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How to talk to your child about racism

Talking to your child about racism can be difficult. Family Therapist Deloy Link said you must be honest with your child if you have this conversation.

SACRAMENTO, Calif. — Sally Hubbard’s 14-year-old son Ethan has watched the protest going on in Sacramento due to the death of George Floyd. Hubbard said talking about racism with her child can be difficult, but she also said it's important for him to understand that everyone isn’t treated equally.

“You are a white boy in this world, and you need to know how other people might see the world in a other way than you do,” Hubbard said.

Lamills Garrett also has a son, Alon, who is 14. He said the topic of racial inequality is something that he has talked to Alon and his other children about long before the world heard George Floyd’s last words, “I can't breathe.”

“Typically, their experiences force the conversation more so than me choosing it,” Garrett said.

Garret and Hubbard are two different parents from two different walks of life, but both talk to their sons about the reality of racism. 

When it comes to finding the right words to use with your children, the common denominator appears to be sharing experiences. 

“We are frequently having discussions about his own experiences, and what he deals with in school or what we see in the community or what I know he needs to be prepared for growing up as a black man,” Garrett said.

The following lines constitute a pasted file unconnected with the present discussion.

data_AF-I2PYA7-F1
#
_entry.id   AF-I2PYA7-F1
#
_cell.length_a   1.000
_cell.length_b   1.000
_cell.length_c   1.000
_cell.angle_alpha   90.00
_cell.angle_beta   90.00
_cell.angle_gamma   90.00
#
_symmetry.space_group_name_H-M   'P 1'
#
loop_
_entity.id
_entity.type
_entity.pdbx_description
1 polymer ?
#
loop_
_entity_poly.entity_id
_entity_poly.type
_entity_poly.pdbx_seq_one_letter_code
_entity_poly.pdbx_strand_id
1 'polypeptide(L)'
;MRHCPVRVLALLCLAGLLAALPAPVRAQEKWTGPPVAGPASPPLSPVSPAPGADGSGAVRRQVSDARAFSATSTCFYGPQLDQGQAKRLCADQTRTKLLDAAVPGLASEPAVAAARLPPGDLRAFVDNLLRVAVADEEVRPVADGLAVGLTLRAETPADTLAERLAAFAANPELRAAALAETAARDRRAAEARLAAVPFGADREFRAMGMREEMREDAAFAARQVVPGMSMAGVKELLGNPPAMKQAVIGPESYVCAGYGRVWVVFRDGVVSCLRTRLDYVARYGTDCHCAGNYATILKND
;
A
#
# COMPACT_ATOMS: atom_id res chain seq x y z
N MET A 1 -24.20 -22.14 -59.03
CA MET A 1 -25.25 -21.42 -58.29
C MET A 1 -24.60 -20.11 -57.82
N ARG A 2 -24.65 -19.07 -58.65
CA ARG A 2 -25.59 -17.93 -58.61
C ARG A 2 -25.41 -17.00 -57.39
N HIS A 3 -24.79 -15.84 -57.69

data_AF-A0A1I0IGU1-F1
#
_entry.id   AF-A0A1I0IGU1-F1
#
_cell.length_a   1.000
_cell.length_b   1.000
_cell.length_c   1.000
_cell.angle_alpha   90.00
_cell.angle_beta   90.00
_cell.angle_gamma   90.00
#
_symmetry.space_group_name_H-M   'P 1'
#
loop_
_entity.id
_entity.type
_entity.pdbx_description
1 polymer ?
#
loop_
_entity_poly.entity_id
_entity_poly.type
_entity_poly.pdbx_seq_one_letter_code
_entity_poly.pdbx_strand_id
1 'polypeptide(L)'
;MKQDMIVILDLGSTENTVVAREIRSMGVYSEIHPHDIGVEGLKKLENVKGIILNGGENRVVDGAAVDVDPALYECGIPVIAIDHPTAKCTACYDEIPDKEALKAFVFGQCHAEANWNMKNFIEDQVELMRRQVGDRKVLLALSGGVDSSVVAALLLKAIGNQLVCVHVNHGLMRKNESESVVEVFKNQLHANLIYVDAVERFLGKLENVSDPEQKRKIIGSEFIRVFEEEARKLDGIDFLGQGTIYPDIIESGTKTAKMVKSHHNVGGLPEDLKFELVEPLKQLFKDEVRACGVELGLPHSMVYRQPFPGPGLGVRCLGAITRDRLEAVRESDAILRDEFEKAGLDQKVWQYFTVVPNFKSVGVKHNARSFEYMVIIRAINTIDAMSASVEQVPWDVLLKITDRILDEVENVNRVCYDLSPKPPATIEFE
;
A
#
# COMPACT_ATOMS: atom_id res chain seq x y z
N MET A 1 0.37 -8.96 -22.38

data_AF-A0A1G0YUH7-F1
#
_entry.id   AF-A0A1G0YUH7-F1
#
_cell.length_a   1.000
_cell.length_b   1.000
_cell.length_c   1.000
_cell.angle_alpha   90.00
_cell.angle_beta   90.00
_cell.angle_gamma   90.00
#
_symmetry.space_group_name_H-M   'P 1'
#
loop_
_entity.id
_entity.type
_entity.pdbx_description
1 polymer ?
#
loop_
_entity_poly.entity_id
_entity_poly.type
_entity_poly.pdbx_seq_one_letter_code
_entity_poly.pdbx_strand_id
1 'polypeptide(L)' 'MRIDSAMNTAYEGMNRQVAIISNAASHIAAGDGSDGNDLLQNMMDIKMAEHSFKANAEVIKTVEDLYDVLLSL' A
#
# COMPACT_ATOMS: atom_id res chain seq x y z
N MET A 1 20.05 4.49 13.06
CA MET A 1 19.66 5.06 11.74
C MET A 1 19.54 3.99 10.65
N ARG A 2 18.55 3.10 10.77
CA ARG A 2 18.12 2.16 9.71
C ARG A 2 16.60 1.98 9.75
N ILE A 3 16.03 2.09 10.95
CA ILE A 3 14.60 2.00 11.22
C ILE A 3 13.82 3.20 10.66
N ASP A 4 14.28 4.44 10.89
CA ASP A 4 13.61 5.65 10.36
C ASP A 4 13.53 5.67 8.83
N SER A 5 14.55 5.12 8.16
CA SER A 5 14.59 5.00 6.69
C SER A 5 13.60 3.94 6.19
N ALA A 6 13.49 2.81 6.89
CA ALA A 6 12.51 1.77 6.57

For Hubbard, the lesson is about helping him understand that people are different and can carry different experiences.

Deloy Link, a family therapist, often speaks with parents of all racial backgrounds on how to have the conversation about race with their children.

“Black families do sit down and have these conversations with their kids when their kids are young, saying 'We need to prepare you for this.' White families traditionally haven’t done that, but they need to. They need to sit down, and they need to say, because of the color of your skin, you have not felt oppression. You have not felt the same prejudice. You haven’t felt the same racism,” Link said.

Link says people should talk to their child about what they are seeing in the news and listen.

When they ask questions about race, be honest with your response while also knowing the maturity level of your child. Also, try using a metaphor when explaining why people protest and the consequences of looting and rioting.

Lastly, a parent should begin discussing what race and discrimination is as soon as their child can talk and respond back.

Follow the conversation on Facebook with Monica Coleman.

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